First and foremost, I want to give a big shout out to all the successful hunters from the opening bang. Also, I want to give a big high five to the fisherman who trudged the weather to catch a nice bag of fish over the weekend. I have seen some great photos and heard some awesome stories from the field and also on the water so kudos to all you outdoor studs getting it done!
Friday afternoon, dad and I headed to the woods with childhood butterflies bouncing in our stomachs anticipating opening day. Although the butterflies still tumble in our stomachs, the way we hunt opening day has changed. We used to hunt a popular area with a good population of elk and a lot of hunters. We always had the most success in this spot due to dad’s knowledge of how to hunt the area. In fact, I think we killed bulls and double bulls multiple years in a row on opening day. You are all probably thinking, “why the hell would someone change that?” When I was a kid the action was everything, as I have grown older I long for adventure and wild places. There is something about seeing another man track in the woods that makes me want more. I am absolutely enthralled with the feeling of being in remote places or where few men have ever hunted. The only problem is the chance of harvesting an animal decreases but the satisfaction of the hunt greatly increases which carries me through. Hunting in these remote places is quite the adventure seeing more mountain goats than we do elk tracks.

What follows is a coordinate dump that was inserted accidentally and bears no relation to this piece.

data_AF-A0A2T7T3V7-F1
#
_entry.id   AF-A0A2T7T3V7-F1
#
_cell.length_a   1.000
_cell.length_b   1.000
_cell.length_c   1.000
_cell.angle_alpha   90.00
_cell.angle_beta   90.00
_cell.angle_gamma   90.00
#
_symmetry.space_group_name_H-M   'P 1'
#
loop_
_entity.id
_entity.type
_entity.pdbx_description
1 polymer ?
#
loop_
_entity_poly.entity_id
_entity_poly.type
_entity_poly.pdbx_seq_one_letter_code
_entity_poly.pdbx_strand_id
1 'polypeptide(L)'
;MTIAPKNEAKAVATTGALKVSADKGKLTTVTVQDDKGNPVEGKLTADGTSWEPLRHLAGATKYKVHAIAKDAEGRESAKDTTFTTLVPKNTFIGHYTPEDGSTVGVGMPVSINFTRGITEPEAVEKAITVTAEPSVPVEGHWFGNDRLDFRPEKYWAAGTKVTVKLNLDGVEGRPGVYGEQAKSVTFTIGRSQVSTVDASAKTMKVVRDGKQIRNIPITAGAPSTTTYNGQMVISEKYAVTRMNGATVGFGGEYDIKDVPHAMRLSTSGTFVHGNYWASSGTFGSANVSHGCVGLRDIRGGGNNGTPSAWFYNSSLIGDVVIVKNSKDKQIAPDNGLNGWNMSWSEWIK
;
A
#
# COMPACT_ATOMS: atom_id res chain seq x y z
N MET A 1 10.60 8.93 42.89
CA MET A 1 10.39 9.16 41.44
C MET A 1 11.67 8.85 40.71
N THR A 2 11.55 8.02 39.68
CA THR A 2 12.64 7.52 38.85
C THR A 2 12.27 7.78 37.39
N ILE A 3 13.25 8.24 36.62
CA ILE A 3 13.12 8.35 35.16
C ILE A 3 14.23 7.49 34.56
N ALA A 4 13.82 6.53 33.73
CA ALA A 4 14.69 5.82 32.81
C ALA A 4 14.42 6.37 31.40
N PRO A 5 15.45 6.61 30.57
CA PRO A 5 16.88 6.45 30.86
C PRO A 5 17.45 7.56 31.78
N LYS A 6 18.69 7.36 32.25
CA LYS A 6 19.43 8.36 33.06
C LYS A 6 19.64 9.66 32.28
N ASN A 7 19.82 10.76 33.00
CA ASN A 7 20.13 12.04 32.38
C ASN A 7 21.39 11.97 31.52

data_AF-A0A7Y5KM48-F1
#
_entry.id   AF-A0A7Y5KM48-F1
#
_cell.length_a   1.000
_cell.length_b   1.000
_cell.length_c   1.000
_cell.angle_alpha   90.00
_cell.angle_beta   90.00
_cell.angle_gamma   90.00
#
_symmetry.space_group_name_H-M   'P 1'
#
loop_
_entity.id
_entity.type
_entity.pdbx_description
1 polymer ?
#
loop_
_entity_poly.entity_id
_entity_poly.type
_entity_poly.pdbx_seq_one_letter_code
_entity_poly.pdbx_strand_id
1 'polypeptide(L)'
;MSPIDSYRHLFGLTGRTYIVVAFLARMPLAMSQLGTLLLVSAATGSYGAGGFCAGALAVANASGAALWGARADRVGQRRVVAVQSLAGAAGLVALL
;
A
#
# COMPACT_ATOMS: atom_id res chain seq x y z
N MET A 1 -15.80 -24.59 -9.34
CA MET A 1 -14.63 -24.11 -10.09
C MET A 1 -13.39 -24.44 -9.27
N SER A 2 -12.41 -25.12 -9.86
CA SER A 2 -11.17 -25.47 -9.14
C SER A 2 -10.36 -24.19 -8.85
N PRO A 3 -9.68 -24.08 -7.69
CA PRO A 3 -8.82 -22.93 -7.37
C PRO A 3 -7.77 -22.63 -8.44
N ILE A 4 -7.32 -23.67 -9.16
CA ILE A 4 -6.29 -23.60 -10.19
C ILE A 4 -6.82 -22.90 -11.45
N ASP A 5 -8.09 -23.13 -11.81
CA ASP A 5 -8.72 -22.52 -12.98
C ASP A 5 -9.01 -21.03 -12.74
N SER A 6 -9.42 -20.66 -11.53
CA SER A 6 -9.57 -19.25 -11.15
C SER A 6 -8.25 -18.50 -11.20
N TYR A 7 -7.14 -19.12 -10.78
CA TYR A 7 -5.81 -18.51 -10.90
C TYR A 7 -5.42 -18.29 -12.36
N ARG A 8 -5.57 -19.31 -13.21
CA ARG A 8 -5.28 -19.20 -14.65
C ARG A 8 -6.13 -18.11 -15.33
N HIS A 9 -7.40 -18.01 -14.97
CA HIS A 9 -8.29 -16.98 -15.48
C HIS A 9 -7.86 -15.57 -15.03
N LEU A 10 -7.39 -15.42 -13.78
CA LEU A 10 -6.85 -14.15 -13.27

As we were going to bed Friday night we started going through our phones listening to different ringtones for the morning alarm and I came across a tone labeled “Air Raid.” As I clicked on the tone, it was that alarm that starts quiet and continuously gets louder like in the movies when an air strike is called in and people are sprinting for the bunkers. I instantly got the best idea I have ever had…although I would probably get shot for it. Already laughing so hard I had tears coming out my eyes; I tried my best to explain to dad what was so hilarious. I managed to get out how funny it would be on opening day in the area we used to hunt so heavily populated by hunters to release the “Air Raid” song into a giant megaphone from the top of the mountain about 30 seconds before legal shooting. By now, I had snot coming out my nose from laughing so hard thinking about the idea and dad wasn’t far behind. Then to make it worse, I told dad after the “Air Raid” was over, I could in a very loud and clear voice broadcast this into the megaphone. “Attention all elk, rifle season has officially begun…RUN FOR YOUR LIVES!” At this point we were laughing so hard I couldn’t breathe and the next thing I knew I was awakened to the alarm of an “Air Raid.”